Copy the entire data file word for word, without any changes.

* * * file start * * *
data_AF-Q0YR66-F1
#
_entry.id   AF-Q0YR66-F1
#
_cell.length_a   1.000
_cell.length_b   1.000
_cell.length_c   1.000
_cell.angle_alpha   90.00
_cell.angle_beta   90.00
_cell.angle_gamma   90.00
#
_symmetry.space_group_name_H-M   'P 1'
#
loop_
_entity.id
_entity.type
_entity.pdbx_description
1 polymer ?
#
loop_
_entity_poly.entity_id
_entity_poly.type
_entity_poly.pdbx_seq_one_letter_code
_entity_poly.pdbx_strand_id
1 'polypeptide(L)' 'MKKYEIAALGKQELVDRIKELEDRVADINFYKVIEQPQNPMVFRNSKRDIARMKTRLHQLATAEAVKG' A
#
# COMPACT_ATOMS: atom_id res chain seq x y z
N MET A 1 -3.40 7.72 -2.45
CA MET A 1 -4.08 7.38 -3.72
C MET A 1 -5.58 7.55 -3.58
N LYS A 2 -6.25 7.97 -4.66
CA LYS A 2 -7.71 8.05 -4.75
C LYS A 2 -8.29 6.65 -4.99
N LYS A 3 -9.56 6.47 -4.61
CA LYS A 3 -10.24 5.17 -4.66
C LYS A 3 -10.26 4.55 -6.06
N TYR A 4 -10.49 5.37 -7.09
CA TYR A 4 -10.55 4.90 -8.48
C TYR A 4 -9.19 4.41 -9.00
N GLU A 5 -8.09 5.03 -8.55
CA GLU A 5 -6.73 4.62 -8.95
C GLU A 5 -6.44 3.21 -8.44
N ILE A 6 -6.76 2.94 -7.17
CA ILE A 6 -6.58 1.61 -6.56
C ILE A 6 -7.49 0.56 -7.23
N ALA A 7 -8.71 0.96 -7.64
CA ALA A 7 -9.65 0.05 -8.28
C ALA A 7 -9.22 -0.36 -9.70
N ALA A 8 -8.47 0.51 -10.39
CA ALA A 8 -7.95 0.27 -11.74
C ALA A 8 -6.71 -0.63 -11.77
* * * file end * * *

data_AF-Q0YR66-F1
#
_entry.id   AF-Q0YR66-F1
#
_cell.length_a   1.000
_cell.length_b   1.000
_cell.length_c   1.000
_cell.angle_alpha   90.00
_cell.angle_beta   90.00
_cell.angle_gamma   90.00
#
_symmetry.space_group_name_H-M   'P 1'
#
loop_
_entity.id
_entity.type
_entity.pdbx_description
1 polymer ?
#
loop_
_entity_poly.entity_id
_entity_poly.type
_entity_poly.pdbx_seq_one_letter_code
_entity_poly.pdbx_strand_id
1 'polypeptide(L)' 'MKKYEIAALGKQELVDRIKELEDRVADINFYKVIEQPQNPMVFRNSKRDIARMKTRLHQLATAEAVKG' A
#
# COMPACT_ATOMS: atom_id res chain seq x y z
N MET A 1 -3.40 7.72 -2.45
CA MET A 1 -4.08 7.38 -3.72
C MET A 1 -5.58 7.55 -3.58
N LYS A 2 -6.25 7.97 -4.66
CA LYS A 2 -7.71 8.05 -4.75
C LYS A 2 -8.29 6.65 -4.99
N LYS A 3 -9.56 6.47 -4.61
CA LYS A 3 -10.24 5.17 -4.66
C LYS A 3 -10.26 4.55 -6.06
N TYR A 4 -10.49 5.37 -7.09
CA TYR A 4 -10.55 4.90 -8.48
C TYR A 4 -9.19 4.41 -9.00
N GLU A 5 -8.09 5.03 -8.55
CA GLU A 5 -6.73 4.62 -8.95
C GLU A 5 -6.44 3.21 -8.44
N ILE A 6 -6.76 2.94 -7.17
CA ILE A 6 -6.58 1.61 -6.56
C ILE A 6 -7.49 0.56 -7.23
N ALA A 7 -8.71 0.96 -7.64
CA ALA A 7 -9.65 0.05 -8.28
C ALA A 7 -9.22 -0.36 -9.70
N ALA A 8 -8.47 0.51 -10.39
CA ALA A 8 -7.95 0.27 -11.74
C ALA A 8 -6.71 -0.63 -11.77